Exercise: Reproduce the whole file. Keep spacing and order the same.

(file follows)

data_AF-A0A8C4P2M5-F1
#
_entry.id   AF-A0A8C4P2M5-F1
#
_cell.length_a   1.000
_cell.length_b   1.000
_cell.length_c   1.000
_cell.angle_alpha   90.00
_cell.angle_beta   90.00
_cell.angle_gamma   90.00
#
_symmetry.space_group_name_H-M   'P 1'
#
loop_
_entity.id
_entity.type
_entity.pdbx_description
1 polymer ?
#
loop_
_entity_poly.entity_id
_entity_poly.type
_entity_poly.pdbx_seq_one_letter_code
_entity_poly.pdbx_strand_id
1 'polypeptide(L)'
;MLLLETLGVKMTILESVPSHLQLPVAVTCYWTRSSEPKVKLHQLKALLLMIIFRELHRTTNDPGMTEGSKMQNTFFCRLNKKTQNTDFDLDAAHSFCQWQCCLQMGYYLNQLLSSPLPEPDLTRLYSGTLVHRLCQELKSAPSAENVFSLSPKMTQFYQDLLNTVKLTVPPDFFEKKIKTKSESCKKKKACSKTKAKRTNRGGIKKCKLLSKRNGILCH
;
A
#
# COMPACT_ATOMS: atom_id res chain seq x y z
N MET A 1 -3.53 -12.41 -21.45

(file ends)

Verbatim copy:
data_AF-A0A8C4P2M5-F1
#
_entry.id   AF-A0A8C4P2M5-F1
#
_cell.length_a   1.000
_cell.length_b   1.000
_cell.length_c   1.000
_cell.angle_alpha   90.00
_cell.angle_beta   90.00
_cell.angle_gamma   90.00
#
_symmetry.space_group_name_H-M   'P 1'
#
loop_
_entity.id
_entity.type
_entity.pdbx_description
1 polymer ?
#
loop_
_entity_poly.entity_id
_entity_poly.type
_entity_poly.pdbx_seq_one_letter_code
_entity_poly.pdbx_strand_id
1 'polypeptide(L)'
;MLLLETLGVKMTILESVPSHLQLPVAVTCYWTRSSEPKVKLHQLKALLLMIIFRELHRTTNDPGMTEGSKMQNTFFCRLNKKTQNTDFDLDAAHSFCQWQCCLQMGYYLNQLLSSPLPEPDLTRLYSGTLVHRLCQELKSAPSAENVFSLSPKMTQFYQDLLNTVKLTVPPDFFEKKIKTKSESCKKKKACSKTKAKRTNRGGIKKCKLLSKRNGILCH
;
A
#
# COMPACT_ATOMS: atom_id res chain seq x y z
N MET A 1 -3.53 -12.41 -21.45